Charles Onians, AFP
Last updated: 7 November, 2011

Carlos the Jackal in French court for 1980s bombings

With a clenched fist salute and a relaxed smile, Venezuelan militant cell leader Carlos the Jackal went on trial Monday in Paris accused of killing 11 people in four bombings in 1980s France.

The 62-year-old has made no secret of his past as the leader of a gang that carried out attacks on behalf of Warsaw Pact intelligence agencies and far-left or pro-Palestinian causes, but denies the latest French charges.

“I’m a professional revolutionary,” he told judge Olivier Leurent, appearing cheerful and relaxed if a little more pot-bellied, grey and balding than in his heyday as an international conspirator responsible for hundreds of deaths.

Wearing jeans and a blue jacket, Carlos Ilich Ramirez Sanchez waved and gave the left-wing rebels’ traditional salute to a motley collection of supporters struggling to find space alongside dozens of journalists.

“I see I’ve been transported back to the anti-imperialist rallies of the ’70s,” retorted Paul-Albert Iweins, a lawyer representing the families of some of Carlos’ civilian victims.

“Carlos should realise he’s not here for the revolution but to answer for his actions,” he declared.

But the accused leaned on the dock, chatting with his guards, and appeared entirely at ease. When, during testimony, he denounced Israel’s “racist state” and “Zionist exploiters” there were cheers from the gallery.

Speaking before the hearing, French stand-up comic Dieudonne Mbala Mbala, an activist close to far-right circles who has been convicted of anti-Semitism, demanded that “Commander Carlos” be allowed to return home to Venezuela.

Carlos’ lawyers kept up the atmosphere of spectacle, denouncing the “unfair trial” before a panel of anti-terrorism magistrates, without a jury.

Carlos was arrested in Sudan in 1994 and transferred to France, where he has since been held in various jails. In 1997 he was convicted of the 1975 murder of a civilian and two policemen, and jailed for life.

Six weeks of hearings are scheduled, during which Carlos will return nightly under tight guard to his cell in the French capital’s high-security La Sante prison. The trial is due to end on December 16.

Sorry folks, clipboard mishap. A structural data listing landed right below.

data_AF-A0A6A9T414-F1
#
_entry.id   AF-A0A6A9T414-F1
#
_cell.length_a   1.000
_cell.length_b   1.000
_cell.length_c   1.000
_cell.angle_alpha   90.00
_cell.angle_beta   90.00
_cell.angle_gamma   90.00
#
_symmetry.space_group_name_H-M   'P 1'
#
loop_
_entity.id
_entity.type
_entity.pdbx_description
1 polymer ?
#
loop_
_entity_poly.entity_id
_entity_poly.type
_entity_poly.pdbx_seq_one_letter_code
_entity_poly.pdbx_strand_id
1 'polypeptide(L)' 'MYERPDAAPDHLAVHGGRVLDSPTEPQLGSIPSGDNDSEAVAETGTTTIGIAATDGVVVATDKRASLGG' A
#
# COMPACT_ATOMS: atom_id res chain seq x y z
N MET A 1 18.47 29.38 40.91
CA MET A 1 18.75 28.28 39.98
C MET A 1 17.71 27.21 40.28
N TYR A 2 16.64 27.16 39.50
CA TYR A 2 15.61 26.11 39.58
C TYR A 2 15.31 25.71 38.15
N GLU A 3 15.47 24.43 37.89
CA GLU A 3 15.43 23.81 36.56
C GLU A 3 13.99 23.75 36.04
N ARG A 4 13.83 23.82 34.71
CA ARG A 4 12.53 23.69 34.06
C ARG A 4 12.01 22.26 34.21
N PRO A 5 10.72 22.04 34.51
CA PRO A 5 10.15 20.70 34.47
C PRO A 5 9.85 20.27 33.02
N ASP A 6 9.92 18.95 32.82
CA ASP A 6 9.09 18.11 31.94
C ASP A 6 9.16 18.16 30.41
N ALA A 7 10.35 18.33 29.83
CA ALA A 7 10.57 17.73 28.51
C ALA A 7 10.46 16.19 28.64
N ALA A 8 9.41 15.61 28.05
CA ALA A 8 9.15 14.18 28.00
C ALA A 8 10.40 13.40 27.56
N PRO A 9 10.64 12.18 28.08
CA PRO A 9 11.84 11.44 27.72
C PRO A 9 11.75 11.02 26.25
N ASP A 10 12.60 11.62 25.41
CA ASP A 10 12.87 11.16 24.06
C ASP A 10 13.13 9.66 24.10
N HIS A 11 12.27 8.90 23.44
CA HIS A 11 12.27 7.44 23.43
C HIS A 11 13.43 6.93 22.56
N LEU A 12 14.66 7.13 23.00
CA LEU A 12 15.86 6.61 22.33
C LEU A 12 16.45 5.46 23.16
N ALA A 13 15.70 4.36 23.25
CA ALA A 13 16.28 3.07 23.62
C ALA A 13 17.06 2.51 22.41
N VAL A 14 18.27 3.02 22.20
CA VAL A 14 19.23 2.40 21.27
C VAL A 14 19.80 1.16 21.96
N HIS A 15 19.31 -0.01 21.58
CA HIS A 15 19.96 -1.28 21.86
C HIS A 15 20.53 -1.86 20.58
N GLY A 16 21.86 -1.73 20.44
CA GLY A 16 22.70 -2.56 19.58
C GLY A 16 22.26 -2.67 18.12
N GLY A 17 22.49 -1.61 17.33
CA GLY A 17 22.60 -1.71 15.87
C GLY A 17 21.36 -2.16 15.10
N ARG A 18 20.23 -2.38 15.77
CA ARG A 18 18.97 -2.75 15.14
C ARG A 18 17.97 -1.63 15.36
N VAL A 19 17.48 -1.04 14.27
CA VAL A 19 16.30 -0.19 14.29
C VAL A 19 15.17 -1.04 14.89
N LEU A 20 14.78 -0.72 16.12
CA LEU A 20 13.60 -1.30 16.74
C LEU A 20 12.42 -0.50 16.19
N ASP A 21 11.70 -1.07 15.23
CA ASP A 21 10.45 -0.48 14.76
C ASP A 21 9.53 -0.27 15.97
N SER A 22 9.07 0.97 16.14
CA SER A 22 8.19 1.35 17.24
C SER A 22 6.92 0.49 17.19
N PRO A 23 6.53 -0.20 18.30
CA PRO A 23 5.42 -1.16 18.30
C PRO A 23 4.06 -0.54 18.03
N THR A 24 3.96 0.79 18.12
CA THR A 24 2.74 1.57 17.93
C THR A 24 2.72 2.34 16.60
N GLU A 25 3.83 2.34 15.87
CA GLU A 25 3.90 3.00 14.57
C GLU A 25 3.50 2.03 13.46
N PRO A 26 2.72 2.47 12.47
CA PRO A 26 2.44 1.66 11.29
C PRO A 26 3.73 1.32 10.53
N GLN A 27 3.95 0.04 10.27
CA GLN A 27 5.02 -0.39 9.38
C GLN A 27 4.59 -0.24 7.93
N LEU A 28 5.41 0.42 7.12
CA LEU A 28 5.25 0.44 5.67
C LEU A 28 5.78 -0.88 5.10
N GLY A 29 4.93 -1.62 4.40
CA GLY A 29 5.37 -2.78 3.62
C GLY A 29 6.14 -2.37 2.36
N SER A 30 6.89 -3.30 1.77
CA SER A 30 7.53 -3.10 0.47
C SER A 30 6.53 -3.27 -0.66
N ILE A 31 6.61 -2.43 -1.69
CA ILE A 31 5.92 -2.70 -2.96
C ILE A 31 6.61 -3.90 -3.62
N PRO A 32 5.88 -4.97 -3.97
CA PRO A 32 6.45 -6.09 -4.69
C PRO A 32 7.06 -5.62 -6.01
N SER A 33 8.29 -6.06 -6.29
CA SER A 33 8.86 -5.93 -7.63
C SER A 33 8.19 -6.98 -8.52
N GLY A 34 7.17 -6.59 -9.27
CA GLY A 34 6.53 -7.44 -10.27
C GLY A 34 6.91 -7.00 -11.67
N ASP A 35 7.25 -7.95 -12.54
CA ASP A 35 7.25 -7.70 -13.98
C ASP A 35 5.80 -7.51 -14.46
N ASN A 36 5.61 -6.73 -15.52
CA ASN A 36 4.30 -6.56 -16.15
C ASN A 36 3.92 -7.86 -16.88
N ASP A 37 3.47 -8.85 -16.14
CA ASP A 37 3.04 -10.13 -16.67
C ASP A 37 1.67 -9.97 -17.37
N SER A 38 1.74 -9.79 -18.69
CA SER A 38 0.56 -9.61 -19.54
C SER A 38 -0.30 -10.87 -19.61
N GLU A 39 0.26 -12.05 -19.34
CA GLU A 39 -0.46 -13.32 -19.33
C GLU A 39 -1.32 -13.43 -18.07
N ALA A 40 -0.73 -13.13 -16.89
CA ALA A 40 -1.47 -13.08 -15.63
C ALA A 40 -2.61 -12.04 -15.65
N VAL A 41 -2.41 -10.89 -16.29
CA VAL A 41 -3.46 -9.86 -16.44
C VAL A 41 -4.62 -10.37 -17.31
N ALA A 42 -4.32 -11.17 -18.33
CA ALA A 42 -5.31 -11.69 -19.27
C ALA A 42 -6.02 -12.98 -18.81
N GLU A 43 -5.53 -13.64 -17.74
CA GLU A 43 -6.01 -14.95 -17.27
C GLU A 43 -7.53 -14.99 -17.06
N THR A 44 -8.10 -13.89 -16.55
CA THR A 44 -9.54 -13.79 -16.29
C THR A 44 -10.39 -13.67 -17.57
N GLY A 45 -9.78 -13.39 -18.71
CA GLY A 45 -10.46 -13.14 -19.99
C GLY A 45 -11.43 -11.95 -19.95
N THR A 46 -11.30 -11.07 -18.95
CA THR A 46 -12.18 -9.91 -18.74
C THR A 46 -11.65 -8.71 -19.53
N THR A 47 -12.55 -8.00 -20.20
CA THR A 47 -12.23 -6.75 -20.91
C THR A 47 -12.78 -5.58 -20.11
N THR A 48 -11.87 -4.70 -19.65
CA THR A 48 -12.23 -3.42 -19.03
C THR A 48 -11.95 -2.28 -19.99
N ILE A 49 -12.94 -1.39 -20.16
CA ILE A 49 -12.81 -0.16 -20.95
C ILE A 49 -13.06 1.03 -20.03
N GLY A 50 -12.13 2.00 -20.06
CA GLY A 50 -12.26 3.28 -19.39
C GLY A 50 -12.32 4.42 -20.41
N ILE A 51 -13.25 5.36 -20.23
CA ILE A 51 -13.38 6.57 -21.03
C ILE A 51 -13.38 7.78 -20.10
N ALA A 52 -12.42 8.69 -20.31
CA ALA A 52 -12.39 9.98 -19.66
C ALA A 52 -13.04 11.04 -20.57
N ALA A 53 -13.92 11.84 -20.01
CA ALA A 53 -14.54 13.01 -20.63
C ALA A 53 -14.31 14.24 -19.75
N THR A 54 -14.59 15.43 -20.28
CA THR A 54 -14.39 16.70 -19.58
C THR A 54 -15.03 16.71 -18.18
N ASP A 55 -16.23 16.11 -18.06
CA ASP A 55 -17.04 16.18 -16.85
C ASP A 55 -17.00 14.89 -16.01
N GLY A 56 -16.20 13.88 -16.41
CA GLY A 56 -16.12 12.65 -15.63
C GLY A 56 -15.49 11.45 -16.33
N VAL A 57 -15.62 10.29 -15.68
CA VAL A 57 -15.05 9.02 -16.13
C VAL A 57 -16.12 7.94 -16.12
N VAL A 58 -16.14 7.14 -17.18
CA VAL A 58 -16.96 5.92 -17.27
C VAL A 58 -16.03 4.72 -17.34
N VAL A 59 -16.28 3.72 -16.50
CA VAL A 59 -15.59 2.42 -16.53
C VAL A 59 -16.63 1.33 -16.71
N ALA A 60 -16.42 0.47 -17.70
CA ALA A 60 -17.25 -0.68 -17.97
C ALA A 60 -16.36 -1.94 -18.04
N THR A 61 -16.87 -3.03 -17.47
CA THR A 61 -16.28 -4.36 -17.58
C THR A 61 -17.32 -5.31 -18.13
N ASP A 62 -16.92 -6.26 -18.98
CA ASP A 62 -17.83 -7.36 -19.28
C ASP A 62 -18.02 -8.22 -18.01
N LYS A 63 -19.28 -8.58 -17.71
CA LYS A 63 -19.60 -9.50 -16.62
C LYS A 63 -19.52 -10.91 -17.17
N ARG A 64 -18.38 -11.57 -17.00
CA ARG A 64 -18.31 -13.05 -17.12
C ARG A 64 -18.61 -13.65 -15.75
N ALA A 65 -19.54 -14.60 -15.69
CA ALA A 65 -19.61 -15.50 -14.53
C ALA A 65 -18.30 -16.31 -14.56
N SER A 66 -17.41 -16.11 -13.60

Around 20 witnesses are expected to be called, including family members, experts and former accomplices.

One couple who will not be in court are former president Jacques Chirac and his wife Bernadette, who were asked by the defence to testify in connection with the bombing of the “Le Capitole” express train on March 29, 1982 which was running from Paris to the southern city of Toulouse.

Five died in the attack and 28 were wounded.

In a letter to the court, Chirac said he would not testify as he had only “vague and distant memories” of that time, as did his wife.

On Sunday, Carlos boasted in an interview with Venezuelan newspaper El Nacional of committing more than 100 attacks.

Asked about civilian casualties, he told the paper: “There were very few. I calculated that they were fewer than 10 percent. So out of 1,500 to 2,000 killed, there were not more than 200 civilian victims.”

But Carlos’ biographer, Bernard Violet, described the 1,500 death toll claim as “surreal” and accused the publicity-hungry extremist of exaggerating his own crimes to stir media interest in the trial.

Carlos, born in 1949, rose to prominence in 1975 when his commando group burst into the conference room where ministers from the powerful OPEC oil cartel were meeting in Vienna, taking 11 hostage.

His new trial deals with four attacks that are seen as part of a private war Carlos waged against France to free two comrades, including his future wife, who were arrested in Paris while planning to attack the Kuwaiti embassy.

French authorities received a letter, allegedly marked with Carlos’ fingerprints, threatening “war” if the pair were not released within 30 days.

“Le Capitole” attack was claimed by the “International Terrorist Friends of Carlos” and was followed on April 22, 1982, by the Paris car bombing of anti-Syrian newspaper Al-Watan Al-Arabi that killed a passer-by and wounded 60.

On the same day, Carlos’ comrade Bruno Breguet and future wife Magdalena Kopp were convicted of the foiled embassy attack.

Two more bombings took place on New Year’s Eve 1983. One hit a high-speed TGV train between Marseille and Paris, killing three people and wounding 13. Moments later, a bomb in a Marseille train station killed two.

Files released from secret police archives in Hungary, the former East Germany and Romania following the fall of the Iron Curtain allegedly detail Carlos’s involvement in a series of attacks.

Carlos’s lawyers — including Isabelle Coutant-Peyre, whom he married in a Muslim ceremony in prison 10 years ago — argued that files from the former Soviet bloc are unreliable, but the judges refused to throw them out.

Three more suspected members of Carlos’s gang — “Ali” Kamal al-Issawi, Christa-Margot Froehlich and Johannes Weinrich — are on trial in absentia.

Issawi’s whereabouts are unknown, Froehlich is living in Germany which will not extradite her and Weinrich is serving a life sentence in Germany for other attacks, having been arrested in Yemen in 1995.

After the attacks in France, Carlos moved to Syria where he stayed until the 1991 Gulf War, during which Damascus was an ally of the United States and so he was asked to leave.

He then sought refuge in Sudan where, after two decades on the run, Carlos was finally captured in Khartoum in 1994 by French secret service agents acting with the help of the Sudanese government.

Carlos and his lawyers allege he was kidnapped illegally.